Thursday, March 9, 2017

Zinke Rolls Back Lead Ban

One of the topics from this week's, The Montana Dream Cast, was the rolling back of an Obama order on his last day that would ban the use of lead for hunting and fishing on Federal Game Refuges. It was Ryan Zinke's first order of business at the Capital and pretty much ended the efforts to ban the use of lead on all federal lands by the year 2022.

I know, your first thought might be, "Sweet! Less regulation, more opportunity for us outdoorsmen and women..."

There is science behind the ban and although I have found myself in the previous camp for years, I have been doing some research and now question that sentiment. Did you know that it only takes 1.27 grains of lead to poison an eagle? You see that .270 cartridge in the photo? That's 130 grains. Less than one percent of that bullet, if ingested by and eagle can kill it. For those upland bird hunters; if you're shooting #7 1/2's at huns or doves or grouse, one pellet from that shell can kill an eagle and a pellet from a BB shotgun shell has seven times that lethal dose.

While doing the research I did also find some opinions from the other side of the argument but I had to stop reading after only a few because it's just not rational and I'm tired of people not looking at the science and using arguments like, "Well, the bald eagle population is healthier than ever so what's the big deal with a few eagles dying?"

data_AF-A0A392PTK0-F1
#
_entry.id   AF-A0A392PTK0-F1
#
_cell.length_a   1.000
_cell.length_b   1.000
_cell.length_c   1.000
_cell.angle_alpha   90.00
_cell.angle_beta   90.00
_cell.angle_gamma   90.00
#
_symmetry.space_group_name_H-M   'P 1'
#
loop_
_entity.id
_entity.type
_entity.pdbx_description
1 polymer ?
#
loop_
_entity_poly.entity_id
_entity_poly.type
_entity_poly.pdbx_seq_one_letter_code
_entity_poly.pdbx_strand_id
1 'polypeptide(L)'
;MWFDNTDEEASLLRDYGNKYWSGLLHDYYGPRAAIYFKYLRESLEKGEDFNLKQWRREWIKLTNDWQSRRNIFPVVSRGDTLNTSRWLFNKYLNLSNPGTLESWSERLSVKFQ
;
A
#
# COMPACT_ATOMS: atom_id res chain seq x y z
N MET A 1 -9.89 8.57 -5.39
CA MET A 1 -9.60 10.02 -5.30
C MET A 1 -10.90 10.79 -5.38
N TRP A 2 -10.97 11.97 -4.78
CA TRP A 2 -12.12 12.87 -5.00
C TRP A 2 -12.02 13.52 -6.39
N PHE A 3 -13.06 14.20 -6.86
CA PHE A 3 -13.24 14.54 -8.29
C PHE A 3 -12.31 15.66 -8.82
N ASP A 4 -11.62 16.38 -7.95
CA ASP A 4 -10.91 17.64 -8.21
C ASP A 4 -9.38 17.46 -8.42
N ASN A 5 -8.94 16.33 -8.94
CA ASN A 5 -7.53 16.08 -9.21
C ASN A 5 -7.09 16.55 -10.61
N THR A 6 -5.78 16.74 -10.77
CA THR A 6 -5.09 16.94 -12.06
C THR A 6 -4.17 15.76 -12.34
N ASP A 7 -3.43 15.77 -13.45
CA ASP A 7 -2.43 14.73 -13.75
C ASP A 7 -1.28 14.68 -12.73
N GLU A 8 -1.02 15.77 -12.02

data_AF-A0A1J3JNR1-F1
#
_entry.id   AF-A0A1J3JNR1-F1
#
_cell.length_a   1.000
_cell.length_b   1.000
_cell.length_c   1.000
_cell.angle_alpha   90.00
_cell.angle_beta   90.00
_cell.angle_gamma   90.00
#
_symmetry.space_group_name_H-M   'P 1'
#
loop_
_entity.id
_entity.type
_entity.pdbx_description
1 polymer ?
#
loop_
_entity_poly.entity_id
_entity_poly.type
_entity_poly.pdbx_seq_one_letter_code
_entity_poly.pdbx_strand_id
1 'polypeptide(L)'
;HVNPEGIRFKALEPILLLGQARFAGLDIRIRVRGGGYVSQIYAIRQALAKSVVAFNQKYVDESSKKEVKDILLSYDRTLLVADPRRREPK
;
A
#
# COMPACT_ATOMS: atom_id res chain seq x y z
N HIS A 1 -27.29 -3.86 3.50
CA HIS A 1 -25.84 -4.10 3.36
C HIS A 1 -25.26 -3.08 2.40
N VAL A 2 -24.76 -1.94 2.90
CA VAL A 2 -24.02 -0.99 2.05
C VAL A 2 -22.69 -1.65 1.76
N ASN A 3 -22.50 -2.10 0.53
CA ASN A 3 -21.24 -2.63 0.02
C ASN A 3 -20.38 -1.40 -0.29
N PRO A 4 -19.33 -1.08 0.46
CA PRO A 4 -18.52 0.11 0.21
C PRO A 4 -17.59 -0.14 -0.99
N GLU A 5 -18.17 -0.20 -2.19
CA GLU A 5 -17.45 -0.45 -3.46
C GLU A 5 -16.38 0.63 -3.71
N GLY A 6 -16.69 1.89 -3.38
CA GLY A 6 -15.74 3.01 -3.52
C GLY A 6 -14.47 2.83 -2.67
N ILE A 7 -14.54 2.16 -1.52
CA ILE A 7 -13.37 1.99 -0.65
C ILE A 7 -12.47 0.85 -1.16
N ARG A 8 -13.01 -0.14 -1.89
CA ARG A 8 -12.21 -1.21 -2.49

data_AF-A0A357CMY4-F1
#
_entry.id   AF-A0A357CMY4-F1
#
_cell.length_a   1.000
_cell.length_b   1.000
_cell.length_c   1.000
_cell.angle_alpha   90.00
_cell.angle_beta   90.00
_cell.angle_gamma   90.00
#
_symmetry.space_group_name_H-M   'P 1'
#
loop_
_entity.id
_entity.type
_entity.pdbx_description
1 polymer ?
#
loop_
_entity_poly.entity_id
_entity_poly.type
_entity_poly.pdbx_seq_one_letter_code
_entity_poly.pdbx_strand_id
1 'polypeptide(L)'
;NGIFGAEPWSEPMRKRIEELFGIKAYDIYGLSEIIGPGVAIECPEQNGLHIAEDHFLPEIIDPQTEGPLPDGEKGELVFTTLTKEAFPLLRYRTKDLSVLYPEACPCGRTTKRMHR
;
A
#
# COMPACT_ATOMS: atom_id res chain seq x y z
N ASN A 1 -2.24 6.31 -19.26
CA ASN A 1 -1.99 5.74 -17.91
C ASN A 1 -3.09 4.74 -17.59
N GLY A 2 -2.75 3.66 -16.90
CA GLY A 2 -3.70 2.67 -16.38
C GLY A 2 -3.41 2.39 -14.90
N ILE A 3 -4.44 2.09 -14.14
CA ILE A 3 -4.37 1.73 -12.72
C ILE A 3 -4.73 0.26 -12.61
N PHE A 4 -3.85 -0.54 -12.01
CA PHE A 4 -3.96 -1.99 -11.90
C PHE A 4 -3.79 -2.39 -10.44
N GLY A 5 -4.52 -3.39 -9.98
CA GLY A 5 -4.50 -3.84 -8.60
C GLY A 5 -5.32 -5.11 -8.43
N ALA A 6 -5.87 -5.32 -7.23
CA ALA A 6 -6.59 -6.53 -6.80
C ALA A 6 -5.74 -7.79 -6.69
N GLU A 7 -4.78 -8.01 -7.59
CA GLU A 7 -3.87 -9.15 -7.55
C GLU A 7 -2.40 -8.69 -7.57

It's not just a few eagles, you...(whoops, I was about to offend some people.) It's the fact that it's eagles, hawks, owls, loons, fox, mink, and even all the way up the food chain to bears that could be affected by fragments from lead bullets and pellets from shotgun shells and even sinkers from anglers. Yes, bears. We joked about that on the podcast that a grizzly on a gut pile is probably safe but the reality is, he might not be. Although there hasn't been any evidence of bears dying from lead poisoning from spent ammunition, studies on gut piles do show the potential. And we have the opportunity to do something about it but because we're all so politically polarized and completely against any kind of change, nothing happens and we just go about our business with our heads in the sand regardless of the impact we're having on each other or the environment.